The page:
Do you own a full-suspension mountain bike? Then take the suspension travel into account. A rule of thumb: Big-Big + 2 links. Bring both ends of the chain together. Pull the chain taught until the derailleur points forward almost fully extended.

Replacing your bicycle chain - This chain definitely needs replacing...
This chain definitely needs replacing…

With a Shimano chain, one end needs to be an outer link while the other end is an inner link. Does the chain have an outer link with a breaking pin? Then shorten the other end until you’re left with an inner link. A KMC or Sram bicycle chain needs to end up with two inner links. The easiest method of seeing how long your chain needs to be is to simply place it next to your old one.

Determined the right length for your chain and know how many links need to come out? Then hold the chain together with your homemade connecting tool again. Place the chain tool in front of the correct breaker pin (always double-check) and remove the breaker pin from the chain.

Connect the bicycle chain again

First place both ends of the chain together if you’re using a Shimano bicycle chain. If the outer link isn’t fitted with a breaker pin already, insert one into the opening yourself. Place the chain tool in front of the pin and push it into the chain. This video from our friends at GCN shows you exactly how it’s done.

Check whether the pin is correctly inserted when you start to feel resistance. Break off the rear end of the breaker pin with the back of your chain tool or a pair of pliers.

SRAM Powerlock and KMC Missing Link

You don’t use a breaking pin with a Sram or KMC chain, but instead you fit a Missing Link or Powerlock. Insert half of the missing link in each of the chain ends. Hook the two components of the missing link together. Use a special pair of pliers to lock the missing link by, depending on the type of pliers, pushing or pulling on the handles.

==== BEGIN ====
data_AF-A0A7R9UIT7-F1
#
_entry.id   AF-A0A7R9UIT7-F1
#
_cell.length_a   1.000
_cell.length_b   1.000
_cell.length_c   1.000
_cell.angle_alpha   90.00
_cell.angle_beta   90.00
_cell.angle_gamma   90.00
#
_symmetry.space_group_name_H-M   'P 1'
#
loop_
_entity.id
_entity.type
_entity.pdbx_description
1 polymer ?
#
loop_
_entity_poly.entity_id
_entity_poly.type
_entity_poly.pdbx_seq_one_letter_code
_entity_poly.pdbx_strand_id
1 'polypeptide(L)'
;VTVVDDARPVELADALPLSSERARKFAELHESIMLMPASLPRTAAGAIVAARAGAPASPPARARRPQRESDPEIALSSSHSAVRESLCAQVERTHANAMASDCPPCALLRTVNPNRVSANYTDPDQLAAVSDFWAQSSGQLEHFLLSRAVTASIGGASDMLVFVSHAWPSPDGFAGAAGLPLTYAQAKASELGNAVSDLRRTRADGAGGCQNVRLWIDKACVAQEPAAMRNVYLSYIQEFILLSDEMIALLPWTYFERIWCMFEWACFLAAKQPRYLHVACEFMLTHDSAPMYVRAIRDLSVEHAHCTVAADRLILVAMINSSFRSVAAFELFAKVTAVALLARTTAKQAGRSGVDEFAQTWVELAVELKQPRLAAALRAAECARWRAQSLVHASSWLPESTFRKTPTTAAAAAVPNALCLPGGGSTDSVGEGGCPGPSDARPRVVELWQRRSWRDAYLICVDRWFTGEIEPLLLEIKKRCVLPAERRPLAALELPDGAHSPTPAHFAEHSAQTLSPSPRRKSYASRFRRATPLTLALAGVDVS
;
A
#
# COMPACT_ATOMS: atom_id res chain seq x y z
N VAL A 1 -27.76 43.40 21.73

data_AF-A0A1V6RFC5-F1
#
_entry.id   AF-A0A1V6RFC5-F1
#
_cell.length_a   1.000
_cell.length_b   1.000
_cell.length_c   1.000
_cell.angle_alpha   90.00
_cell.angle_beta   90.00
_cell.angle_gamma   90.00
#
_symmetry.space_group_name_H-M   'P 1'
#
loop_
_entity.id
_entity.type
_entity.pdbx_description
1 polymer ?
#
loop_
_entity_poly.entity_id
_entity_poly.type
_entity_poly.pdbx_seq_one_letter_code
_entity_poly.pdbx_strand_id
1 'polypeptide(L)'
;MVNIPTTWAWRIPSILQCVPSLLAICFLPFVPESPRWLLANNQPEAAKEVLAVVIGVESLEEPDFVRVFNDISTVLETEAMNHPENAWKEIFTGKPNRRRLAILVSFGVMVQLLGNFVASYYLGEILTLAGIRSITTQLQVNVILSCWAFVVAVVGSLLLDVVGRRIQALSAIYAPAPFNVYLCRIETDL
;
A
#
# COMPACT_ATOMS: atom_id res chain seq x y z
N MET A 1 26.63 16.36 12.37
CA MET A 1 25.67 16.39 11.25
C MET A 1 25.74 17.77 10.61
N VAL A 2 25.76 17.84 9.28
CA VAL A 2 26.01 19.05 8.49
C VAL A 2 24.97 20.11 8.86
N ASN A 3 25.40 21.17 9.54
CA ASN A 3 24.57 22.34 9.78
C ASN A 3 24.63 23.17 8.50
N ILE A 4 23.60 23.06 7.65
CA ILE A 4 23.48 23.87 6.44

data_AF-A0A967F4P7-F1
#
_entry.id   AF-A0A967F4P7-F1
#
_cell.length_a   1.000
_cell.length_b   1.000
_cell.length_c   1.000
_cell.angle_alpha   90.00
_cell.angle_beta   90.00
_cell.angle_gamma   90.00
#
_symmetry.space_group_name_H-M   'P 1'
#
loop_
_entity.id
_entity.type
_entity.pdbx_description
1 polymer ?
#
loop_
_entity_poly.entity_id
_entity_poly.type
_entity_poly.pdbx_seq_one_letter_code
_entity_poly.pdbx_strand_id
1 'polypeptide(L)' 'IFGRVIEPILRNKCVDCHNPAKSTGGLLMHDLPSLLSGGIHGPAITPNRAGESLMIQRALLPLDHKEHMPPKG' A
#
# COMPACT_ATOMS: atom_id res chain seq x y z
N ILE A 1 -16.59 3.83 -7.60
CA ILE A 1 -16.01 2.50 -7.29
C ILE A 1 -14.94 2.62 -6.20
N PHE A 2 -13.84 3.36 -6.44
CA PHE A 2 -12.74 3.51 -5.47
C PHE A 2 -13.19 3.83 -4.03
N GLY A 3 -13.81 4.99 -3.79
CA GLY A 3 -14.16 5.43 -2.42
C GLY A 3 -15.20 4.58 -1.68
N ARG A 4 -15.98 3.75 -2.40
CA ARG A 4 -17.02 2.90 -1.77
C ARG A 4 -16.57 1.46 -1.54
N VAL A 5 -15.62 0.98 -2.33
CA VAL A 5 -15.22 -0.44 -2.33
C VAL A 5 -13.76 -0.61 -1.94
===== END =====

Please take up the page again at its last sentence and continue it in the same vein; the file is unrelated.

Replacing
A Missing Link or Powerlock is easily secured.

Another easy method is to turn the chain until the missing link is in the upper segment of the chain over the chainstays. Apply power to the chain by locking the brakes and pushing the right pedal with your foot.

How do you replace a Campagnolo bicycle chain?

Do you run a Campagnolo chain? Then removing the chain is the same as before. You do need a special chain tool, as not all chain tools are compatible with Campagnolo chains.

A new Campagnolo chain has a tie-wrap on one end. It’s imperative that you don’t shorten this end of the chain! Again, we use the big-big method for a Campagnolo chain so shift into the largest gear at the front and back.

Video

The video below is by GCN and shows you how they do it. Only difference is that we always use the big-big rule of thumb.

Place the chain onto your drivetrain like you would with any other brand. Pull the ends together until the rear derailleur is pointing forward almost fully extended. The end you’re going to be shortening needs to be left with a single inner link.

Found the right length and know how many links you’re going to have to remove? Then hold the ends together with your homemade tool.

An important difference from a Shimano, Sram, or KMC chain is that the breaker pin of a Campagnolo chain is pushed from the inside outwards. The video above clearly shows you how.

What tools do I need?

We’ve got most of the tools you need for all major brands. You can find these under chain tools. Naturally we also offer a wide selection of bicycle chains. Below are a few suggestions for those who already know exactly what they want. Did you know it’s often best to replace your chain and your cassette at the same time?

Het bericht How to Replace a Chain on a Road Bike or Mountain Bike? [How-To] verscheen eerst op Mantel.



This post first appeared on Mantel.com Bikes. Parts. Ride., please read the originial post: here

Share the post

How to Replace a Chain on a Road Bike or Mountain Bike? [How-To]

×

Subscribe to Mantel.com Bikes. Parts. Ride.

Get updates delivered right to your inbox!

Thank you for your subscription

×